Cline was 10 of 24 from beyond the arc. He’s a gamer trying to expand that game. He already sees the floor incredibly well, and it’s clear they’re trying to get him more comfortable using his threat as a shooter to open space up for his teammates. He’s not going to drive for shots but he’s a very good passer who recognizes when the court is shifted and finding the right guy to whip the pass to. They’re running patented screens for him, but Painter added a wrinkle in one game where he went baseline for a corner 3, but instead of hoisting the shot up they moved directly into a pick and roll that led to a swing pass that led to another that led to a wide open 3 on the other side of the court. In many ways, Cline is the idealized version of what we wanted with Kendall Stephens. A shooter with a reputation to knock down shots, but the awareness to know when to take the shot or when he can use that reputation to create better looks for others.
Dakota Mathias trailed only P. J. in assists and only by 1, but he also turned the ball over 10 times to go against those 16 assists. He shot poorly from deep - 3 of 14 - but he also wracked up an absurd 14 assists. While this is a little bit fool’s gold in the sense that the competition was pretty sloppy, it does highlight his best strength on defense, one that’s shown itself in real competition. He has outrageously good hands. He swipes and he does it quickly and accurately with the right timing to take the rock from the guy he’s guarding or guys driving adjacent to him. If he can hone this and not pick up fouls, it’ll cover up some of our defensive limitations.
P. J. Thompson’s numbers are pretty ridiculous. Almost 11 points a game, an absurd 11 of 16 from 3, and 17 assists to 7 turnovers. Whatever you want to say about the little guy, he’s done nothing but proven that right now he’s the best point guard on the team, and you just can’t argue against that. He’s the guy.
But man. Carsen QUICK SHOT! Edwards at the 2 is a very appealing looking option. Carsen Edwards played 76 minutes. In those 76 minutes, he scored 65 points. Before the last game he was averaging better than a point per minute. That’s crazy. That’s insta-hot. That’s a video game cheat code. He has the potential to be a maniac off the bench and the most dynamic scorer we’ve had since E’twaun.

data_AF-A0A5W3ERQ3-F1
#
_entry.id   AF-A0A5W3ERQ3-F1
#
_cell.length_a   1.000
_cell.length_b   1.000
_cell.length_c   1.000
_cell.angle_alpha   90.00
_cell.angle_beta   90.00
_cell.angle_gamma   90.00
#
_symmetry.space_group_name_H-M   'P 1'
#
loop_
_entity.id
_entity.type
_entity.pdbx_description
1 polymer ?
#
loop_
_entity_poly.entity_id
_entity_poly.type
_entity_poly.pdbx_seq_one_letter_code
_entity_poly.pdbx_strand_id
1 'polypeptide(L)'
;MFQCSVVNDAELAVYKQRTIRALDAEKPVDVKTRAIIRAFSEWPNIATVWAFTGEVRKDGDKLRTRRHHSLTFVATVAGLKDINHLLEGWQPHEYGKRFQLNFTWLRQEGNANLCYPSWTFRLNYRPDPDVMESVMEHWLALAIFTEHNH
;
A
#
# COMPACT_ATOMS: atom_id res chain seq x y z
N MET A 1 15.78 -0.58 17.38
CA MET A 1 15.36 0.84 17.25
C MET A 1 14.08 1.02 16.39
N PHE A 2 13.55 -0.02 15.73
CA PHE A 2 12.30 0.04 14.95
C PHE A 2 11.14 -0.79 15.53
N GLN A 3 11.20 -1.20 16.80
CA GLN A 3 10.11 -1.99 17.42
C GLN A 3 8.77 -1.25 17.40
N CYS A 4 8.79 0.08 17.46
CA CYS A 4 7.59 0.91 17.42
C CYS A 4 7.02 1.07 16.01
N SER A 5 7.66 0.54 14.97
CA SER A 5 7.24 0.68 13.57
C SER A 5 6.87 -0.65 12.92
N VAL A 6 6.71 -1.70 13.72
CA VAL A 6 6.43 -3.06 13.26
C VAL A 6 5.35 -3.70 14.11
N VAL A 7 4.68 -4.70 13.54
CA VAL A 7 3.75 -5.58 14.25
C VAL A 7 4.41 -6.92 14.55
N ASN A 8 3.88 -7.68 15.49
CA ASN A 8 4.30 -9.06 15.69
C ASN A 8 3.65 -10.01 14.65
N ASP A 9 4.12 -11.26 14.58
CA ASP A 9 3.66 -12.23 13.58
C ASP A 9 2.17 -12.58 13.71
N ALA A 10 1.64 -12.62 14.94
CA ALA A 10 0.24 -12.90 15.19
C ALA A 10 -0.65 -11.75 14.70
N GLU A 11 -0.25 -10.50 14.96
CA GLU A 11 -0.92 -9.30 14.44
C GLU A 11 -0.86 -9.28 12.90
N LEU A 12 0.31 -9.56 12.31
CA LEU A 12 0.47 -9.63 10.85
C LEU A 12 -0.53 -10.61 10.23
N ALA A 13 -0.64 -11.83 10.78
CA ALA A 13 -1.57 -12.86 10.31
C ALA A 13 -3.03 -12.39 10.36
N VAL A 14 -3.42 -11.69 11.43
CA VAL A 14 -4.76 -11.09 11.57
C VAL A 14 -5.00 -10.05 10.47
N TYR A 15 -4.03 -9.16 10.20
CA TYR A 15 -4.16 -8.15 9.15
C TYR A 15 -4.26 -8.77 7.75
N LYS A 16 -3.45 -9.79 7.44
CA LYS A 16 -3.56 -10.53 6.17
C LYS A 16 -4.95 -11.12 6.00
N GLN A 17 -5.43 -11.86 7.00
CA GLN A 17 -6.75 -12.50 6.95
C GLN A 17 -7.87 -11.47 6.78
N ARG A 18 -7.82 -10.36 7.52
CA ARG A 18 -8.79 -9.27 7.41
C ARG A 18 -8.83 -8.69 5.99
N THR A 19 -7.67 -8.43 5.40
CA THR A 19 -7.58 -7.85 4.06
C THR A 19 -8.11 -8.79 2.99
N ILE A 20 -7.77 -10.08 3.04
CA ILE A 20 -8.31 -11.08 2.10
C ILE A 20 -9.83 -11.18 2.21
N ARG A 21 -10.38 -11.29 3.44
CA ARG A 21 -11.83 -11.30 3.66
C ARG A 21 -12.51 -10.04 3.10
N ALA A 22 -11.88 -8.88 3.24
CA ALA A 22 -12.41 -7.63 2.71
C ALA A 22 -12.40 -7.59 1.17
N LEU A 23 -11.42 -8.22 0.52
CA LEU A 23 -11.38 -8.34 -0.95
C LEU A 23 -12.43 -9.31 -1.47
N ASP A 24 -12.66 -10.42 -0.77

Isaac Haas is a monster who needs to embrace it just a bit more. His touch makes him unique, but if he could match that with the kind of aggression that shows itself in always trying to dunk on guys, he would be beyond special. He’d be unstoppable. Big Fella, please, stop trying to lay it up soft. Make the rim pay for not falling to the ground at your mercy.
But the most important piece of information is that Caleb outminuted Haas and everyone else on the team. It provides the answer to the biggest question I have coming into the season. Will Coach Painter embrace the identity of his team this year? The answer appears to be yes. We have shooting everywhere and that’s our advantage. Instead of mucking up the paint for these guys and trying to force feed the post constantly, we’re going to go 4 out and 1 in. This means that Swanigan will be the back up center and after the tip off, he and Haas will mostly just go in and out for each other, lapping over each other for only small segments of the game. This is good.
Take advantage of Vincent, of Cline, of Mathias, of the other Edwards, of Basil, of all the wings we have that are capable of operating in space and make this an offensive juggernaut.
Because make no mistake about it. That’s the ceiling of this team. Purdue is a team of shooters with high IQ’s who have a 4 capable of stretching the floor and playing as a post behemoth along with the largest human in college basketball who also has a bevy of post moves and a soft touch.